The class of 2017 will be the last class to have Senior Projects in their current form. These projects are meant to give seniors the opportunity to work in a field they are interested in during the last two weeks of the school year. Whether it’s a service trip or reviewing restaurants, the projects are supposed to show that the seniors are dedicating their time to something they are interested in, making the experience meaningful. However, after several years of Senior Projects, the Collegiate administration has decided to replace them with a more substantive idea: the Senior Year Capstone.
The Senior Year Capstone is not necessarily replacing Senior Projects but rather combining them with Senior Seminars for a more impactful classroom experience. The Senior Year Capstone began with looking at the success of several Senior Seminar classes, such as TEDxYouth@RVA, International Emerging Leaders, and Mindfulness, and trying to find ways to expand them. The students will still have the freedom of choosing which Capstone they take. Capstones have limited spaces, however, so there is a chance a student might not get the course they want. The Capstones have a wide variety of choices, ranging from The River City, a class focused on the health of the James River, to Create-a-thon, which helps nonprofit organizations with their marketing. The classes will each embark on a journey that will be both impactful and educational.
The idea behind the Senior Year Capstone is to teach students independence and collaboration. While those two words may sound like antonyms, they are fitting to the Senior Year Capstone, as the students will have to work together while utilizing creativity and problem solving on their own. As Clare Sisisky, the Director of Responsible Citizenship at Collegiate, claims, “Our world is changing, and we need to make sure that we are giving students the tools to be able to thrive in any opportunity that they have.” Sisisky has been working to implement Capstone experiences throughout Collegiate. Currently, the 4th, 8th, and 12th grades have Capstones experiences—a culmination of a student’s time in one of our three divisions (Lower, Middle, and Upper School). The Lower School will focus on the Collegiate community, the Middle School will focus on helping the community around Richmond, and the Upper School will focus on student connection to the world. The Middle School Capstone, Envision Richmond, has been in place for a few years and has become quite successful. Throughout a span of one week, 8th graders are tasked with coming up with a hypothetical way of improving the city of Richmond. Sisisky hopes the Capstones will become an integral part of the Collegiate experience.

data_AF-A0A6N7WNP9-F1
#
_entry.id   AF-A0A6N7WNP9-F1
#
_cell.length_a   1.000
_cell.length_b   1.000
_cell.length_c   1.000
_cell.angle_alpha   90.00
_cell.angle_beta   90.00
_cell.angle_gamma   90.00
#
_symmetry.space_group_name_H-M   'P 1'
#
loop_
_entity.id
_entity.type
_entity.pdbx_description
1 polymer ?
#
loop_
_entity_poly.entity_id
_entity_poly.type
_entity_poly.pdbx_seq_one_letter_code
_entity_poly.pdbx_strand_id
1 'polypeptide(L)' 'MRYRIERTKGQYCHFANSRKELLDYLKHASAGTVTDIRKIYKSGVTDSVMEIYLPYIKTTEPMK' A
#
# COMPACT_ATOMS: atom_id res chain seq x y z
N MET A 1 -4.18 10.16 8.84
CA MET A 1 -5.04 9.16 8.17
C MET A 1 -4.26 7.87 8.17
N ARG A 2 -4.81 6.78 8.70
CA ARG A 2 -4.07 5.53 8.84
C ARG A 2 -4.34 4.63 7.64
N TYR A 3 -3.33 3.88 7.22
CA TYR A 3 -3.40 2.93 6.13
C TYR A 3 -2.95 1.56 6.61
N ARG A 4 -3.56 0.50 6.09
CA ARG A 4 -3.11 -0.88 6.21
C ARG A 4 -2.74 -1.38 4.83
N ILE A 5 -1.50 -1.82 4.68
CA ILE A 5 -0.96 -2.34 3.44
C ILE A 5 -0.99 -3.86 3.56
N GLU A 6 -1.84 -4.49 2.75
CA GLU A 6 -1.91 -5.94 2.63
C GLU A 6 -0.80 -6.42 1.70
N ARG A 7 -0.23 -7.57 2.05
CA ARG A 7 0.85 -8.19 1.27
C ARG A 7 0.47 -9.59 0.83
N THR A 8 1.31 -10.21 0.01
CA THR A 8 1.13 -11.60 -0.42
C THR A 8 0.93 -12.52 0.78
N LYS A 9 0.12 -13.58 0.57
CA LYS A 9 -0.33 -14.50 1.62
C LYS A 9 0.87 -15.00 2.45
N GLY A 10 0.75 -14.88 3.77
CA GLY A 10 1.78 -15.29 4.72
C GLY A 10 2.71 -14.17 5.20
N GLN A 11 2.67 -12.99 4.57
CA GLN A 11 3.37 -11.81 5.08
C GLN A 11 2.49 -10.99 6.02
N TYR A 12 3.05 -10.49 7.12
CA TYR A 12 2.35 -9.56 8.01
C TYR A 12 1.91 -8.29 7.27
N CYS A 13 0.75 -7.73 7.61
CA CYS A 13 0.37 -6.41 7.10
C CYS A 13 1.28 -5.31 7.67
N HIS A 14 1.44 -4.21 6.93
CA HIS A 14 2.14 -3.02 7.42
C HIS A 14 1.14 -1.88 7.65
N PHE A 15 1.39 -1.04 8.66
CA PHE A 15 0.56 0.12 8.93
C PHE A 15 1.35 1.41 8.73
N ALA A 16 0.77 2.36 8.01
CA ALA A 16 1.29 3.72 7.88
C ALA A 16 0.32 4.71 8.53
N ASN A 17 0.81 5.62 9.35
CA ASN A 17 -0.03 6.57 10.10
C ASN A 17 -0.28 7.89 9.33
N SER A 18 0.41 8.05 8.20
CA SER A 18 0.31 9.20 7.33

The first year of Capstone Projects, or the combination of Senior Seminars and Senior Projects, will start with the class of 2018, some of whom have mixed opinions about losing senior projects. Travis Reifsnider (‘18), who was disappointed by the new Senior Capstone, believes, “when used properly, the Senior Projects can be really beneficial to each student.” Many of the students that are wary of the Capstone say they will miss the freedom of Senior Projects. Other students are excited about the introduction of Capstone Projects. Reilly Gallagher (‘18) says, “I’m really excited that, as opposed to normal class, the class is more discussion-based and it’s more contemporary. The Capstones deal more with real world problems and ethics, rather than traditional school.” Due to these changes in projects, next year’s seniors will also graduate far earlier, on May 25th, 2018, which many see as a perk.
Although it may be difficult for Upper Schoolers to be happy about losing the freedom of Senior Projects, the Senior Year Capstone will give students a wonderful opportunity to learn in a new environment. With the class of 2018 being the first to experiment with the Capstone projects, it will be interesting to hear their thoughts on the new offerings.
Featured image courtesy of Collegiate School.